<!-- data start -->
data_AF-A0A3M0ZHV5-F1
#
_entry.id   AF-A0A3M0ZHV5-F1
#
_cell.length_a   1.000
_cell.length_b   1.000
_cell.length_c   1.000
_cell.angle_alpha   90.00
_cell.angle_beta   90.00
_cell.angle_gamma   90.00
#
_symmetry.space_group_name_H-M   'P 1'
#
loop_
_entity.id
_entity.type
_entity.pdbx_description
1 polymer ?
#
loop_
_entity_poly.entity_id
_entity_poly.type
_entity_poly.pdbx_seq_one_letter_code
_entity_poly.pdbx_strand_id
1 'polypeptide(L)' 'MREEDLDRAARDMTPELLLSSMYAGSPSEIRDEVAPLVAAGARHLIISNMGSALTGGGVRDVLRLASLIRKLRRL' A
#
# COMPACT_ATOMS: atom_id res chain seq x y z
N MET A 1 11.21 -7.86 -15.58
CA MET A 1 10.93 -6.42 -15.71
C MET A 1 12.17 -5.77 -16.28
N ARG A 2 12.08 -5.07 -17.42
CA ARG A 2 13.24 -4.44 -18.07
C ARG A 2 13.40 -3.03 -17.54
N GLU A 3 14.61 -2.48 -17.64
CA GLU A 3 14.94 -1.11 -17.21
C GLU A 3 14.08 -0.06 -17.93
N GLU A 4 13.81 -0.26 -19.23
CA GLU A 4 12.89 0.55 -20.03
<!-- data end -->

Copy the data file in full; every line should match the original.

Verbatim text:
data_AF-A0A3M0ZHV5-F1
#
_entry.id   AF-A0A3M0ZHV5-F1
#
_cell.length_a   1.000
_cell.length_b   1.000
_cell.length_c   1.000
_cell.angle_alpha   90.00
_cell.angle_beta   90.00
_cell.angle_gamma   90.00
#
_symmetry.space_group_name_H-M   'P 1'
#
loop_
_entity.id
_entity.type
_entity.pdbx_description
1 polymer ?
#
loop_
_entity_poly.entity_id
_entity_poly.type
_entity_poly.pdbx_seq_one_letter_code
_entity_poly.pdbx_strand_id
1 'polypeptide(L)' 'MREEDLDRAARDMTPELLLSSMYAGSPSEIRDEVAPLVAAGARHLIISNMGSALTGGGVRDVLRLASLIRKLRRL' A
#
# COMPACT_ATOMS: atom_id res chain seq x y z
N MET A 1 11.21 -7.86 -15.58
CA MET A 1 10.93 -6.42 -15.71
C MET A 1 12.17 -5.77 -16.28
N ARG A 2 12.08 -5.07 -17.42
CA ARG A 2 13.24 -4.44 -18.07
C ARG A 2 13.40 -3.03 -17.54
N GLU A 3 14.61 -2.48 -17.64
CA GLU A 3 14.94 -1.11 -17.21
C GLU A 3 14.08 -0.06 -17.93
N GLU A 4 13.81 -0.26 -19.23
CA GLU A 4 12.89 0.55 -20.03